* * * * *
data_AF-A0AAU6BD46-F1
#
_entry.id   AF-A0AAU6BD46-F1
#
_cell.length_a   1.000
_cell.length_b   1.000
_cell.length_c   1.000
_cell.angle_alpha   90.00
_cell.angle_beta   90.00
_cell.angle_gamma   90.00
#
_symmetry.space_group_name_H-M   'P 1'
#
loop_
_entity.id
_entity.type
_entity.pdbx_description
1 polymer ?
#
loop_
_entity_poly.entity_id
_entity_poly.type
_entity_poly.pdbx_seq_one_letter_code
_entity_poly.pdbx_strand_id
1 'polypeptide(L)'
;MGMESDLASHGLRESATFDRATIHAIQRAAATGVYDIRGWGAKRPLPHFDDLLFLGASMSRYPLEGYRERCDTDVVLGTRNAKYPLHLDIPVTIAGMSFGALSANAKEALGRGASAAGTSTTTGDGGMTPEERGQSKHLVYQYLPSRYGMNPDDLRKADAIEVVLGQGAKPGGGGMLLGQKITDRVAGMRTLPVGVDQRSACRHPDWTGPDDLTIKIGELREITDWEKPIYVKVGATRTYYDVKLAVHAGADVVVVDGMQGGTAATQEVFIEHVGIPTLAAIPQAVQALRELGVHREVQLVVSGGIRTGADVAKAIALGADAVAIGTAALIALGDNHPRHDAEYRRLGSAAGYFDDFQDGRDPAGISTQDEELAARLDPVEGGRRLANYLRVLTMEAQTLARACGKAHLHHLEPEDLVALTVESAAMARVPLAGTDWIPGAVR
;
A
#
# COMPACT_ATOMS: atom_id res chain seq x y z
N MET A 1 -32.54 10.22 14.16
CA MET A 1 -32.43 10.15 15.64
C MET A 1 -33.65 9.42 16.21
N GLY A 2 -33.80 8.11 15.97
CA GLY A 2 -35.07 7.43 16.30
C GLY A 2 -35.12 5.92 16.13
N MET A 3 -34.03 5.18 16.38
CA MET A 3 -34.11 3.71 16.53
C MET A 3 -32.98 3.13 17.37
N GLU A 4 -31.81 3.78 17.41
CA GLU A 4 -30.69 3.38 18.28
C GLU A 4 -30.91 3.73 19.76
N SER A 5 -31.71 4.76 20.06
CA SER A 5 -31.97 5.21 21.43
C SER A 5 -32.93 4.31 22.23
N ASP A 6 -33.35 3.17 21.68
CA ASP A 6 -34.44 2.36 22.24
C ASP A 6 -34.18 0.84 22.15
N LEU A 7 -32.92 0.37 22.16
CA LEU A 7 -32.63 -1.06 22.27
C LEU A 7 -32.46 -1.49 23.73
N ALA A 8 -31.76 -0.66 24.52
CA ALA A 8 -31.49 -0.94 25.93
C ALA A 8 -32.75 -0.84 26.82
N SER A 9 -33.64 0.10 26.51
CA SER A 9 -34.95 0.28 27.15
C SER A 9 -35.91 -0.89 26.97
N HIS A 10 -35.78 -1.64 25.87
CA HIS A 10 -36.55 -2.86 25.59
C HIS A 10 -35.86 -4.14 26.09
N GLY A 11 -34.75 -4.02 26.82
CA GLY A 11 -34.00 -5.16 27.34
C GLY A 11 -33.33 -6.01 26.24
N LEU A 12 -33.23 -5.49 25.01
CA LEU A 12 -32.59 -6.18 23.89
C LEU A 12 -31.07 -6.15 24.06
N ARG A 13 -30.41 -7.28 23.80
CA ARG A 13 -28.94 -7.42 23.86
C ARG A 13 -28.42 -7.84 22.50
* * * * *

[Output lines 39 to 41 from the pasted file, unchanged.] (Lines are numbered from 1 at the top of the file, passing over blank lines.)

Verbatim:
C MET A 3 -32.98 3.13 17.37
N GLU A 4 -31.81 3.78 17.41
CA GLU A 4 -30.69 3.38 18.28